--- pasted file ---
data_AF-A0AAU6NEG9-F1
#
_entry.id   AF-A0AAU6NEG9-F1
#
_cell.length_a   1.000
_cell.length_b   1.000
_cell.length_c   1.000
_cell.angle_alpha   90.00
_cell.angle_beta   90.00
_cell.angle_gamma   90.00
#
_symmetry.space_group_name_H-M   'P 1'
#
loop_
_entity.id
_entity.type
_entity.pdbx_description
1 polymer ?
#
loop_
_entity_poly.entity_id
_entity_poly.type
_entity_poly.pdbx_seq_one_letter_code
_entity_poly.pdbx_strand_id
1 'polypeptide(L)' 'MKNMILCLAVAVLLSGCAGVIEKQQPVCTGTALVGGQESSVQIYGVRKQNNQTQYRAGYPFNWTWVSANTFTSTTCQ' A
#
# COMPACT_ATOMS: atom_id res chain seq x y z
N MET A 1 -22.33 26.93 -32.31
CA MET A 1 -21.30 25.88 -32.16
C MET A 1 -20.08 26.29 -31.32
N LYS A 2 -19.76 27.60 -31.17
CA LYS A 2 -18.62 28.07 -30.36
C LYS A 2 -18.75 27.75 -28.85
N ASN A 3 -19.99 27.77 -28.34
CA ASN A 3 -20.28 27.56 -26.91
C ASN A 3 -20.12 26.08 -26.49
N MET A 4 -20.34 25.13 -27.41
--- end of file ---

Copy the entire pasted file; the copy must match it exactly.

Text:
data_AF-A0AAU6NEG9-F1
#
_entry.id   AF-A0AAU6NEG9-F1
#
_cell.length_a   1.000
_cell.length_b   1.000
_cell.length_c   1.000
_cell.angle_alpha   90.00
_cell.angle_beta   90.00
_cell.angle_gamma   90.00
#
_symmetry.space_group_name_H-M   'P 1'
#
loop_
_entity.id
_entity.type
_entity.pdbx_description
1 polymer ?
#
loop_
_entity_poly.entity_id
_entity_poly.type
_entity_poly.pdbx_seq_one_letter_code
_entity_poly.pdbx_strand_id
1 'polypeptide(L)' 'MKNMILCLAVAVLLSGCAGVIEKQQPVCTGTALVGGQESSVQIYGVRKQNNQTQYRAGYPFNWTWVSANTFTSTTCQ' A
#
# COMPACT_ATOMS: atom_id res chain seq x y z
N MET A 1 -22.33 26.93 -32.31
CA MET A 1 -21.30 25.88 -32.16
C MET A 1 -20.08 26.29 -31.32
N LYS A 2 -19.76 27.60 -31.17
CA LYS A 2 -18.62 28.07 -30.36
C LYS A 2 -18.75 27.75 -28.85
N ASN A 3 -19.99 27.77 -28.34
CA ASN A 3 -20.28 27.56 -26.91
C ASN A 3 -20.12 26.08 -26.49
N MET A 4 -20.34 25.13 -27.41